Weeks before Didi Global Inc. went public in the U.S., China’s cybersecurity watchdog suggested the Chinese ride-hailing giant delay its initial public offering and urged it to conduct a thorough self-examination of its network security, according to people with knowledge of the matter.
But for Didi
waiting would be problematic. In the absence of an outright order to halt the IPO, it went ahead.
The company, facing investor pressure to list after raising billions of dollars from prominent venture capitalists, wrapped up its pre-offering “roadshow” in a matter of days in June—much shorter than typical investor pitches made by Chinese firms. The listing on the New York Stock Exchange raised about $4.4 billion, making it the biggest stock sale for a Chinese company since Alibaba Group Holding Ltd.’s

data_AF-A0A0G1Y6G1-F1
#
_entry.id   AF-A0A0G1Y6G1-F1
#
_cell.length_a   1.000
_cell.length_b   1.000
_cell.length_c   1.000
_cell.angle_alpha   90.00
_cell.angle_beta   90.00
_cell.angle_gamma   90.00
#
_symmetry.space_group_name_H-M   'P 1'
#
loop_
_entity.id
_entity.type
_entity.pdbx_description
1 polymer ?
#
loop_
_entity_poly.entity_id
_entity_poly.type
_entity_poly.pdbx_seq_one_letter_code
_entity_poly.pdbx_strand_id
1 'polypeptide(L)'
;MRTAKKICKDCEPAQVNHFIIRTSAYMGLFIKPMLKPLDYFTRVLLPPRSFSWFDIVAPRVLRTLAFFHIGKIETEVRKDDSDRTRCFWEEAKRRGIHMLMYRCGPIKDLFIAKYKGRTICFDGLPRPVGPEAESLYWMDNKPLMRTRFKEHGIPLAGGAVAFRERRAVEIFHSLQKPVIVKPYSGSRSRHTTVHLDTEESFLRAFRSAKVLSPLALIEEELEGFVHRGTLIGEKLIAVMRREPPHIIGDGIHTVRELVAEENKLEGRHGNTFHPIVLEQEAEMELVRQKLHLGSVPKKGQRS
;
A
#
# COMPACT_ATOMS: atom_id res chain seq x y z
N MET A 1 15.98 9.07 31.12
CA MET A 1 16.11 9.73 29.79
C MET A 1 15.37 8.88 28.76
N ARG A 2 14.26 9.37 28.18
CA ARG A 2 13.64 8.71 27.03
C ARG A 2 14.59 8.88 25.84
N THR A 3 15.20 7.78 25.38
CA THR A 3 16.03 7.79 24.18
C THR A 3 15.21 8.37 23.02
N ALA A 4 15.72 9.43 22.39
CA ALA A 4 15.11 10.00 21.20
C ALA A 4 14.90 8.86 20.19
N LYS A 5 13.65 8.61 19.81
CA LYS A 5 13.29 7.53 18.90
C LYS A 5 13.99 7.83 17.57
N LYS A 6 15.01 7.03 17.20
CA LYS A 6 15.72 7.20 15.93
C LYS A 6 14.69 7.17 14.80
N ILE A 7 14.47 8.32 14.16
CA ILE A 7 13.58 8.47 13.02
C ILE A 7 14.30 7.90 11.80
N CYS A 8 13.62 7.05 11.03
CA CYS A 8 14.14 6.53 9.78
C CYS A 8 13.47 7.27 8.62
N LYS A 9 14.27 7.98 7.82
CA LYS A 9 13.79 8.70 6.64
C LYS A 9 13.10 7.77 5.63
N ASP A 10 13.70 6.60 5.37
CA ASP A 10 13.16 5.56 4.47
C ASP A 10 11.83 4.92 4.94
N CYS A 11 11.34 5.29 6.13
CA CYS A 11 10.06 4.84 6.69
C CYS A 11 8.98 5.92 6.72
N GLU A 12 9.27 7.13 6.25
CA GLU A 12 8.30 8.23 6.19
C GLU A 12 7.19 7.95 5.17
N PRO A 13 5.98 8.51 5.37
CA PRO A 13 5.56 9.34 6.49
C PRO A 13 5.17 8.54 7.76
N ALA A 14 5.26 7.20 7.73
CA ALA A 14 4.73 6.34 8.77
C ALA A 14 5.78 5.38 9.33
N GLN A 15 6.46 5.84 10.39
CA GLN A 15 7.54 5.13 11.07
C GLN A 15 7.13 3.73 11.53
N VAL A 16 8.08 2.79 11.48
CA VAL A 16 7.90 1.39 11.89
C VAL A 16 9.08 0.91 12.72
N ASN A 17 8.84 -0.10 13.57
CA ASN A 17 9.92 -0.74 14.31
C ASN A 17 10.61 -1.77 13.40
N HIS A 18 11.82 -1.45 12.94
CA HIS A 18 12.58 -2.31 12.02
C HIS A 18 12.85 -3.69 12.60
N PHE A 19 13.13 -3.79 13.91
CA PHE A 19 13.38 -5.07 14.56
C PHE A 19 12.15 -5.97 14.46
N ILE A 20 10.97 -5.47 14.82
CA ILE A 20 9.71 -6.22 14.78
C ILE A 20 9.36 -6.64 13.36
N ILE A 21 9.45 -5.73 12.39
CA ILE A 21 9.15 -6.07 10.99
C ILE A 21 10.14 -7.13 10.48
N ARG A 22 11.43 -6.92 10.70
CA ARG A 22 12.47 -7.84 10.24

IPO in 2014.
Back in Beijing, officials, especially those at the Cyberspace Administration of China, remained wary of the ride-hailing company’s troves of data potentially falling into foreign hands as a result of greater public disclosure associated with a U.S. listing, the people said.
Didi’s American depositary shares began trading in New York on Wednesday, just a day before the ruling Communist Party celebrated its centenary. The Cyberspace Administration waited a day after the major political event to deliver a one-two punch to the company. On Friday, it started its own cybersecurity review into Didi and blocked the company’s app from accepting new users; and on Sunday, it ordered mobile app stores to pull Didi from circulation.
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